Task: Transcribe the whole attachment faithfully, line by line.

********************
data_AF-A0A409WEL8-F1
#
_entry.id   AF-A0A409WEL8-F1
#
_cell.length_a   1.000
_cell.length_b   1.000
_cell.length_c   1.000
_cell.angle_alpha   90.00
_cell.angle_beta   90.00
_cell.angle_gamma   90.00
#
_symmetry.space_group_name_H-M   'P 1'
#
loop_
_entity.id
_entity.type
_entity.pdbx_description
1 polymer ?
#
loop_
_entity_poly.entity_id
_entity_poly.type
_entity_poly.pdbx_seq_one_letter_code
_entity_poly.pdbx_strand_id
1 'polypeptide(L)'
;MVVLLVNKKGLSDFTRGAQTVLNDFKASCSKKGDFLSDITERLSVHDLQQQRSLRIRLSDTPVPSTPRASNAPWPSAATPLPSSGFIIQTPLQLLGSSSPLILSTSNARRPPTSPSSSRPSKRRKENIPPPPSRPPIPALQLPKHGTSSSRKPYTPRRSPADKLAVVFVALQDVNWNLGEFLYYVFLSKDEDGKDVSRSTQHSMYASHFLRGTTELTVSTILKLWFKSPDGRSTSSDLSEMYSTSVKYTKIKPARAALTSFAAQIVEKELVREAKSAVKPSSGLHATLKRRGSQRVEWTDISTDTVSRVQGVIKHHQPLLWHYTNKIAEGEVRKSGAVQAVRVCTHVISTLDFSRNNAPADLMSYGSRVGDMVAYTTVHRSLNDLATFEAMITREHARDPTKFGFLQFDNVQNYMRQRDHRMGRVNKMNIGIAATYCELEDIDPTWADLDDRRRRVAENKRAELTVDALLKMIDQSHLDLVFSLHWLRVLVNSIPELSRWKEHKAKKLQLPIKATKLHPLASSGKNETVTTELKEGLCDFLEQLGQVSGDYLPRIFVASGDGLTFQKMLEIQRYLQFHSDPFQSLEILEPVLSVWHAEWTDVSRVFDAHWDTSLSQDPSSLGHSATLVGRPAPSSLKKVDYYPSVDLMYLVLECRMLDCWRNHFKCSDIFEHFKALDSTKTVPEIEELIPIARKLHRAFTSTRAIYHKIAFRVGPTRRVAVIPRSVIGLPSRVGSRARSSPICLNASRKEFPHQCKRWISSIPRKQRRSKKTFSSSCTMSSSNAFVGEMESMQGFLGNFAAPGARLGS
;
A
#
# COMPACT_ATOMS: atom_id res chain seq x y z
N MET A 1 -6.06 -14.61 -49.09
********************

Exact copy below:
data_AF-A0A409WEL8-F1
#
_entry.id   AF-A0A409WEL8-F1
#
_cell.length_a   1.000
_cell.length_b   1.000
_cell.length_c   1.000
_cell.angle_alpha   90.00
_cell.angle_beta   90.00
_cell.angle_gamma   90.00
#
_symmetry.space_group_name_H-M   'P 1'
#
loop_
_entity.id
_entity.type
_entity.pdbx_description
1 polymer ?
#
loop_
_entity_poly.entity_id
_entity_poly.type
_entity_poly.pdbx_seq_one_letter_code
_entity_poly.pdbx_strand_id
1 'polypeptide(L)'
;MVVLLVNKKGLSDFTRGAQTVLNDFKASCSKKGDFLSDITERLSVHDLQQQRSLRIRLSDTPVPSTPRASNAPWPSAATPLPSSGFIIQTPLQLLGSSSPLILSTSNARRPPTSPSSSRPSKRRKENIPPPPSRPPIPALQLPKHGTSSSRKPYTPRRSPADKLAVVFVALQDVNWNLGEFLYYVFLSKDEDGKDVSRSTQHSMYASHFLRGTTELTVSTILKLWFKSPDGRSTSSDLSEMYSTSVKYTKIKPARAALTSFAAQIVEKELVREAKSAVKPSSGLHATLKRRGSQRVEWTDISTDTVSRVQGVIKHHQPLLWHYTNKIAEGEVRKSGAVQAVRVCTHVISTLDFSRNNAPADLMSYGSRVGDMVAYTTVHRSLNDLATFEAMITREHARDPTKFGFLQFDNVQNYMRQRDHRMGRVNKMNIGIAATYCELEDIDPTWADLDDRRRRVAENKRAELTVDALLKMIDQSHLDLVFSLHWLRVLVNSIPELSRWKEHKAKKLQLPIKATKLHPLASSGKNETVTTELKEGLCDFLEQLGQVSGDYLPRIFVASGDGLTFQKMLEIQRYLQFHSDPFQSLEILEPVLSVWHAEWTDVSRVFDAHWDTSLSQDPSSLGHSATLVGRPAPSSLKKVDYYPSVDLMYLVLECRMLDCWRNHFKCSDIFEHFKALDSTKTVPEIEELIPIARKLHRAFTSTRAIYHKIAFRVGPTRRVAVIPRSVIGLPSRVGSRARSSPICLNASRKEFPHQCKRWISSIPRKQRRSKKTFSSSCTMSSSNAFVGEMESMQGFLGNFAAPGARLGS
;
A
#
# COMPACT_ATOMS: atom_id res chain seq x y z
N MET A 1 -6.06 -14.61 -49.09